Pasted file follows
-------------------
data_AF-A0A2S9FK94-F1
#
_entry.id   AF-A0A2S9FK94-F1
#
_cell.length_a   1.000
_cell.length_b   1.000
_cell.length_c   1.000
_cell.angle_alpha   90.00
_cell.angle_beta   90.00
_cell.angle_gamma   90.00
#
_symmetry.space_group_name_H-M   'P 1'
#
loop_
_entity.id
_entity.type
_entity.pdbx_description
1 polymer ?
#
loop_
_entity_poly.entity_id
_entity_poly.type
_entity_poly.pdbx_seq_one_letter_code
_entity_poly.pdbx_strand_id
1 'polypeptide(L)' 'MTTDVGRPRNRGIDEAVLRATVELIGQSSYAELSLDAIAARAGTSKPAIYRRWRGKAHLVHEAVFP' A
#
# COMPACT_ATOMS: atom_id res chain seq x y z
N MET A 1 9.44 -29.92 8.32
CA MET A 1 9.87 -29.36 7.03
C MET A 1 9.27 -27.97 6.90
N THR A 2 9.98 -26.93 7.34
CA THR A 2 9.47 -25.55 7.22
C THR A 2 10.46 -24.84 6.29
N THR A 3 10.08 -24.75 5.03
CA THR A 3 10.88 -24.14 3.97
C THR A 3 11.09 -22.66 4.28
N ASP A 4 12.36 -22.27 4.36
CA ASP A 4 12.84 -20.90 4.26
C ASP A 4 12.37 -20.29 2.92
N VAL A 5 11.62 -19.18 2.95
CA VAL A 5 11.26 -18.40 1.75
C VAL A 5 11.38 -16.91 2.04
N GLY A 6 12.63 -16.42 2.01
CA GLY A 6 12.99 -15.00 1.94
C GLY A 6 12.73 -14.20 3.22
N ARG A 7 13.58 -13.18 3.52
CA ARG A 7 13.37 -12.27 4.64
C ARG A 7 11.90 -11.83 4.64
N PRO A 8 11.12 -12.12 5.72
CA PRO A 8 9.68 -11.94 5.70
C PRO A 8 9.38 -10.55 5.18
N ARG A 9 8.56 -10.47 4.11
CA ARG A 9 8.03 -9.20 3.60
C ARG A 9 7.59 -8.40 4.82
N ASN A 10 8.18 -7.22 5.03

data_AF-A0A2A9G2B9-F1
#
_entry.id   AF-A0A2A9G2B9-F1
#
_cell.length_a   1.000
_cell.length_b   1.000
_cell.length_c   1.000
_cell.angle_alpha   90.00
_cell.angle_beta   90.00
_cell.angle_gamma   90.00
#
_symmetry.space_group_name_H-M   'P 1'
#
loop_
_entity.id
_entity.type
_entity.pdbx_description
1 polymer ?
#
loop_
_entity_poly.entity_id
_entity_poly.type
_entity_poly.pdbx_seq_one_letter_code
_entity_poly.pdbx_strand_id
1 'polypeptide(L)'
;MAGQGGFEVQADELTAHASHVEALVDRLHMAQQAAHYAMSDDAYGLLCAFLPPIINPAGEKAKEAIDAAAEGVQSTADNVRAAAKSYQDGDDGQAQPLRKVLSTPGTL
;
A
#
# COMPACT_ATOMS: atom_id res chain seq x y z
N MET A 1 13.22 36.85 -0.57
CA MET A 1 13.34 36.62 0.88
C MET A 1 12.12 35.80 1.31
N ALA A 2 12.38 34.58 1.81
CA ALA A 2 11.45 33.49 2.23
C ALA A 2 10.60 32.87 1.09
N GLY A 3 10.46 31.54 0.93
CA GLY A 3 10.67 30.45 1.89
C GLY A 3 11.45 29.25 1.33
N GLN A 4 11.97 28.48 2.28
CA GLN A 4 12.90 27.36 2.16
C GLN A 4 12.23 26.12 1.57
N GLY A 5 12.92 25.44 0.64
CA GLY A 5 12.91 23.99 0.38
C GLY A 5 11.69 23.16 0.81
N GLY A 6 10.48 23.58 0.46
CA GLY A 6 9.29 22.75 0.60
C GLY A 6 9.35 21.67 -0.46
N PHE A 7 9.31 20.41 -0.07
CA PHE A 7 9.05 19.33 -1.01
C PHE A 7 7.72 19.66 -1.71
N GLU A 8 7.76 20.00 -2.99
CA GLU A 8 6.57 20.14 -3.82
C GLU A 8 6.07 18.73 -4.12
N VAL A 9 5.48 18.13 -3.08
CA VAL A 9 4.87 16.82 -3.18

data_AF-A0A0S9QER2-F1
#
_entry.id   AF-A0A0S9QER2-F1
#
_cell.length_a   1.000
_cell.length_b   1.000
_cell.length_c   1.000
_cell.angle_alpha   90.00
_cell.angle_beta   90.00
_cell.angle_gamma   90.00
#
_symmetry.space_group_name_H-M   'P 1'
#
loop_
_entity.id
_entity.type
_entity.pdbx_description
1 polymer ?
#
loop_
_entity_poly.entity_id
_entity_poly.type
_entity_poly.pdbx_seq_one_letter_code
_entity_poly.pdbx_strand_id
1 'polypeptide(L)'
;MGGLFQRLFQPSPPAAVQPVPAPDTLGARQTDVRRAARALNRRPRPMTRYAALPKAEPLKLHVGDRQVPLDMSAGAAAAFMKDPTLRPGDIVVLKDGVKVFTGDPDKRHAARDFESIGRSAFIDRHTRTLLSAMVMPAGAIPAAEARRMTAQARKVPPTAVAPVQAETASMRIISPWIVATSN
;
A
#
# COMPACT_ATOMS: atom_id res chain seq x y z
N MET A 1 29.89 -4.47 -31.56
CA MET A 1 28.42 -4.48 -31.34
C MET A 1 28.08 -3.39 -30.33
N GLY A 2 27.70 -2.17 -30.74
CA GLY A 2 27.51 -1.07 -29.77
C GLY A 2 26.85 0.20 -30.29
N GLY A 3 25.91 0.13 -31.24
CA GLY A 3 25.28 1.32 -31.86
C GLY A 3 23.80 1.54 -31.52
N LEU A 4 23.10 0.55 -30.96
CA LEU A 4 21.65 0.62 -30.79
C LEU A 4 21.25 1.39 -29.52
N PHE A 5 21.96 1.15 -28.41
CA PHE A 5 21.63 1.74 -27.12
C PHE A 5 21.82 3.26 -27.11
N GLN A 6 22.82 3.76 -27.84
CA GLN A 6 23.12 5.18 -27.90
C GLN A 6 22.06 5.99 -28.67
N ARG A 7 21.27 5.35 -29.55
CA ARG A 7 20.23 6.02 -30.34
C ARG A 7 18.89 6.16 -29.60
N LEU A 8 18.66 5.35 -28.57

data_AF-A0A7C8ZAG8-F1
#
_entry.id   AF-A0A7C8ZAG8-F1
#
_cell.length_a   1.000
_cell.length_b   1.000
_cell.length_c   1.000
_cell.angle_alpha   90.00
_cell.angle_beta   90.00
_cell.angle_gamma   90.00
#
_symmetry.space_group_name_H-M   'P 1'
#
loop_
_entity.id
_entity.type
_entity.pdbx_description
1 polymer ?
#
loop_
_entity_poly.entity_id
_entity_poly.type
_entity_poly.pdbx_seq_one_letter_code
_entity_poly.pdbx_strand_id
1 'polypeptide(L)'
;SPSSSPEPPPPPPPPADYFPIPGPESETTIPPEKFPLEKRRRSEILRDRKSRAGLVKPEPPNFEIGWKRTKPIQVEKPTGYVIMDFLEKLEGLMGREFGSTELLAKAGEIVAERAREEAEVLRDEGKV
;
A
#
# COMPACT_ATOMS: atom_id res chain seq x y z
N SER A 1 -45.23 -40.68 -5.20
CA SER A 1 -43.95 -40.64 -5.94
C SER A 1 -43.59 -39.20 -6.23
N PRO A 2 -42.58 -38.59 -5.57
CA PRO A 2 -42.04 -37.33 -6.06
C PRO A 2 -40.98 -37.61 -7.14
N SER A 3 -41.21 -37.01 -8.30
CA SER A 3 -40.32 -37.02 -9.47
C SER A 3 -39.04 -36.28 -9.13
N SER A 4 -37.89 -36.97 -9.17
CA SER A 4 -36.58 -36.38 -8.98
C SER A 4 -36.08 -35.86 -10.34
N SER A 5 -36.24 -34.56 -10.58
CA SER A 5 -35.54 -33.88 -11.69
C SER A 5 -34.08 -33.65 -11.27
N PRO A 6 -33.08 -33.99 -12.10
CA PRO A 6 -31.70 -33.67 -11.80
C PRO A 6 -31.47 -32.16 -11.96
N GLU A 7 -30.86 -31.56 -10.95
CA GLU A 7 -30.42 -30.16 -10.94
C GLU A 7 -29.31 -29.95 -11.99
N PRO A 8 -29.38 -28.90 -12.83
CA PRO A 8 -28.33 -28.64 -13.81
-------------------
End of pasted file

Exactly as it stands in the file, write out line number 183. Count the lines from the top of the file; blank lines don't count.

loop_